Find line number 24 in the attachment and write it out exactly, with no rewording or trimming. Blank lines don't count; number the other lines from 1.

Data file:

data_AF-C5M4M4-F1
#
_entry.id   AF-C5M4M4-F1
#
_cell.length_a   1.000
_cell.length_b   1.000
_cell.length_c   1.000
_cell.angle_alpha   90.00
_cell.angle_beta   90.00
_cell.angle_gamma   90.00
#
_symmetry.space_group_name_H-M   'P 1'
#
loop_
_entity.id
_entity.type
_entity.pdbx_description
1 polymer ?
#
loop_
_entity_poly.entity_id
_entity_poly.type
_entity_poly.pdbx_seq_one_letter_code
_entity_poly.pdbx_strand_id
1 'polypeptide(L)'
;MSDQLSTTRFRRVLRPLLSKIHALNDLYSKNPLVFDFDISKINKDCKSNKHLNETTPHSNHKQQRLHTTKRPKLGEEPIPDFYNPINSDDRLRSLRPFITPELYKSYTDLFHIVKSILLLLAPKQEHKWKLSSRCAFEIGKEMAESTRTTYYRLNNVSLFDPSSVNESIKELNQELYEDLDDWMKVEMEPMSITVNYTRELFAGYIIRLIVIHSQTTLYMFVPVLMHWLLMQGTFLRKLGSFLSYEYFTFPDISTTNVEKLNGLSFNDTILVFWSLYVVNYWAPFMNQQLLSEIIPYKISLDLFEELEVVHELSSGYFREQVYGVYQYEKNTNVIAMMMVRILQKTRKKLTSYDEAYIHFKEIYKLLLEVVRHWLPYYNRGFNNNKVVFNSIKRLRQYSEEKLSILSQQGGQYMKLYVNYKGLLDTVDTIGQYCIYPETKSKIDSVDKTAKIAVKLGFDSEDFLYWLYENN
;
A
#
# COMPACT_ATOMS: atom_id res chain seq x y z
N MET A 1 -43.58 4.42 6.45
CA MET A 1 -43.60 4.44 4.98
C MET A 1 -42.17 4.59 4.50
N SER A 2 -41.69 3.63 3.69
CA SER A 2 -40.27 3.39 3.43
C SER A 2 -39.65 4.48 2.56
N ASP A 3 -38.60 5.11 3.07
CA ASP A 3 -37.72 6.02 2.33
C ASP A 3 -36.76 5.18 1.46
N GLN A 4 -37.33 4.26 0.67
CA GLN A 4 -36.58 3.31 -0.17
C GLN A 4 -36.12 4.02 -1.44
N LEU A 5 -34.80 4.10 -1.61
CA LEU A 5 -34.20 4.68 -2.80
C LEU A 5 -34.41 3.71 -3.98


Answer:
_entity_poly.pdbx_strand_id